The tragedy of the Labour leadership contest is they are not debating what really matters to the country and to their party for the future. It cannot resolve most of the big questions, as they are not being posed.
The Labour party in Parliament is bitterly divided over what it stands for, what it should oppose and what it should support, and what it should offer electors in 2020.
Some think it should return to more Blairite ways, agreeing with the Conservative government over matters like lower tax rates, keeping a nuclear deterrent, and running budgets that keep tax revenues related to spending with modest deficits. They recall they won in 1997 by promising to keep to Conservative spending plans, running a surplus in their early years, and keeping Income tax rates at inherited levels. They think Mr Miliband was too left wing.
Others think the last leadership compromised with the Blairites and with the Conservatives too much in 2015. They want a more radical socialist alternative, that opposes nuclear weapons, proposes much higher Income and Wealth taxes, argues for larger public deficits, advocates more wide ranging nationalisation from railways to health and offers a substantial strengthening of trade union rights and influence.
Both these are legitimate positions worthy of debate. It is not obvious looking at the current state of UK politics that either offers a clearly winning formula to give Labour 40-44% of the vote and a possible General Election victory. The problem is this last century debate misses out on matters that worry modern electors a lot. Both sides in the debate would prefer continued membership of the EU despite many Labour voters and a large majority of all voters in heavily Labour areas agreeing with the national verdict to leave. Neither side has a positive view of what to do about unlimited immigration. Neither side dares mention the word England, sicking to their outdated lop sided devolution for Scotland, Wales and Northern Ireland with nothing for the largest country of the Union. Neither has good ideas on how to win back votes from the SNP in Scotland nor how to stop more votes for Conservatives and UKIP in England.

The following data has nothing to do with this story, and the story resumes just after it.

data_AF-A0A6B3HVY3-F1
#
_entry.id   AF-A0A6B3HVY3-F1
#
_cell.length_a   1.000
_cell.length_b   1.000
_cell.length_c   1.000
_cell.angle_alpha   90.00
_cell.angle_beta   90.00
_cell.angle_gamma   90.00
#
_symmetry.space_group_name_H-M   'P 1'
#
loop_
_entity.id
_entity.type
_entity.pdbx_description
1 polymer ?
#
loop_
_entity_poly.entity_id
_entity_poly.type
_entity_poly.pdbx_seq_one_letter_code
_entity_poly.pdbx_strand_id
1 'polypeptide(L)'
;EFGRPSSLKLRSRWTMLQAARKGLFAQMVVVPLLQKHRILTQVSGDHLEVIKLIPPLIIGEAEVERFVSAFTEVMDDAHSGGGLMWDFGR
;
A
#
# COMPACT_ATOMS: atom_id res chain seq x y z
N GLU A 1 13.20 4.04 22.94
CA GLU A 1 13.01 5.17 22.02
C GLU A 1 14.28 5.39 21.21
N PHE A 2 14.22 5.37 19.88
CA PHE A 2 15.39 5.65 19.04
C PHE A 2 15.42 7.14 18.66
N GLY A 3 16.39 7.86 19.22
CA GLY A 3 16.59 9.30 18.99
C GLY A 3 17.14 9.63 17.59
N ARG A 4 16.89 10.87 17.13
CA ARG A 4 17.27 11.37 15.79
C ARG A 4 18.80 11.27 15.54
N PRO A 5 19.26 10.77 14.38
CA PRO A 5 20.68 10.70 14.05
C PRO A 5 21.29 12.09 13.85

Even more strange is this leadership contest is between two people who largely agree on all these matters. Both Owen Smith and Jeremy Corbyn subscribe to the view that Labour should shift leftwards on employment rights, pay, tax levels, and more nationalisation. They do not yet have any disagreement on migration, the EU or the problem of English identity and government. It’s an argument about personality and style more than about substance.
Mr Corbyn can claim that Mr Smith is splitting the party and trying to upend a legitimately elected leader. Mr Smith can claim that he has the support of more MPs than Mr Corbyn, who finds it difficult to staff an Opposition front bench given the way many Labour MPs are on strike against the current leadership. Mr Corbyn looks the most likely to win. This poses big issues for Labour MPs, who have to decide if they then will get behind their duly elected leader. Can they suddenly discover confidence in him where they had none a few days before? If Mr Smith suddenly does better and surprises, then he will have a very unhappy party in the country trying to drive him to more Corbyn type policies when the MPs may wish to tack back to try to win more English and middle class votes.
It would have been better if a champion of a genuinely different strategy to Mr Corbyn’s had arisen to have the debate they need to have about the future direction of policy and the country. It would also help if both sides thought through the meaning of the EU referendum decision, and showed some respect for the public view. It is going to be very difficult running an Opposition with no new policies on identity and migration, and with a grudge against electors for voting the wrong way as they see it in the EU referendum. Opposition should be about getting more into line with public opinion, not trying to find more ways of disagreeing with it.